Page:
As You Like It As You Like It (Vol. 57)
by William Shakespeare

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(Shakespearean Criticism)

As You Like It

As You Like It, most likely written in 1599, is one of Shakespeare's most highly regarded comedies and most frequently performed works. Based on Thomas Lodge's prose romance Rosalynde (1590), the play recounts the love story of Rosalind and Orlando. Roughly divided into three parts, the play features a middle section set in the Forest of Arden, where many aspects of Elizabethan social order are turned inside out. This magical place—where gender roles are reversed, social restrictions loosened, and time suspended—has garnered much critical attention throughout the twentieth century. Scholars frequently compare Arden to the setting in A Midsummer Night's Dream, and analyze the ways in which Shakespeare used this environment to address the social problems of his day, including sexual inequality and changes in the traditional English agrarian life. As You Like It introduces many notable characters, including the clown Touchstone and the insightful, melancholy Jaques—the source of the famous line “All the world’s a stage.” Rosalind, who disguises herself as the boy Ganymede, raises many interesting debates on homosexuality, gender blending, androgyny, and sexual identity. With the rising influence of feminist studies and the application of new historicism, scholars have applied a previously unexplored set of questions to the play. Chief among them is the nature of gender relations, the role of eroticism, and the degree to which patriarchal ideals are maintained in the play. In addition, emerging historical data about Elizabethan popular culture has given scholars new insight into the significance of sport and the influence of philosophical ideals in the play.

Critics note that Rosalind's double role as a female pretending to be a male provides rich fodder for gender studies. The issues about sexuality are further complicated by Phebe's love for Rosalind's alter ego Ganymede, Orlando's complex relationship with the “boy” whom he treats as a confidante about his love for Rosalind, and, most significantly, the fact that all the female roles were played by boys at the time when Shakespeare was writing. What has resulted is a proliferation of studies on the formation of sexuality, the social construction of gender, the significance of gender blending during the Elizabethan era, the politics of sexuality, and the role of homosexuality and crossdressing in English society. Susan Carlson (1987) provides an overview of how thought has shifted among Shakespearean scholars about the role of women in comedies and the critical debate which has developed around this issue. The first school of thought includes those who have endorsed the theories of H. B. Charlton. Charlton argues that women represent an ideal in the comedy genre, and that they are embodiments of creativity and the keys to happiness. Critics of this school focus on the middle section of As You Like It where social norms are suspended and women enjoy unprecedented freedom of speech and power. A second group of literary critics, in contrast, argue that in the end the norm is restored, Rosalind and Celia become powerless and voiceless wives, and any gains of insight are enjoyed by the males alone. Carlson counts herself among the latter group of scholars who view As You Like It, not as a radical reform of traditional patriarchal ideals, but as a drama which “offers more limitations than possibilities for the women in the play.” She states that while Shakespeare tried to advance ideas on the politics of gender, he was limited by the conventions of his day. Kay Stanton (1989) echoes many of these same views, stating that she believes the juxtaposition between the freedom of the middle scenes and the loss of options in the conclusion was Shakespeare's way of voicing criticism. Furthermore, Stanton examines the epilogue , a scene which has troubled and puzzled modern critics. In this scene, the actor playing Rosalind professes to be both man and woman in a convoluted display...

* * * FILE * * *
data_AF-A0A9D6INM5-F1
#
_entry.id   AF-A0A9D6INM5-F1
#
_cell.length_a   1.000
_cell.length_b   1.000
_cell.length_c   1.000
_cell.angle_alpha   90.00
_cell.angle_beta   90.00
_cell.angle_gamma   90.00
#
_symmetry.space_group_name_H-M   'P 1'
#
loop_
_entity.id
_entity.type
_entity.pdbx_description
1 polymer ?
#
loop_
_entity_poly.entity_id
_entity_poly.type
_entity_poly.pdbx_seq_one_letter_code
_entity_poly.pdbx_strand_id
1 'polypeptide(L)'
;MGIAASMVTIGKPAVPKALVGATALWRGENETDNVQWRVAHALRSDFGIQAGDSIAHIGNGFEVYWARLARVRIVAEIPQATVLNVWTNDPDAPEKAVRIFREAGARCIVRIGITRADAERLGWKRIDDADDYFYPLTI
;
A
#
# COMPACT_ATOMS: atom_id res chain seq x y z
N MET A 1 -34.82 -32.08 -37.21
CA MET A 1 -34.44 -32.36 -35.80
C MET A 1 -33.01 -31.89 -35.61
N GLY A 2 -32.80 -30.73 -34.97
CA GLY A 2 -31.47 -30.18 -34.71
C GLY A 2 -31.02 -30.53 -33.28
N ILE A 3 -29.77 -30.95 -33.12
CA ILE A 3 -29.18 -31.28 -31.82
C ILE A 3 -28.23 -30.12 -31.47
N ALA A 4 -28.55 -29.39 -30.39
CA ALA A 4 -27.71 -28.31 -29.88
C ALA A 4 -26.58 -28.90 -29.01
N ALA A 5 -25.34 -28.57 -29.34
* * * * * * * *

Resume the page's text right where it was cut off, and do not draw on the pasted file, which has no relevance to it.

(The entire section is 81,124 words.)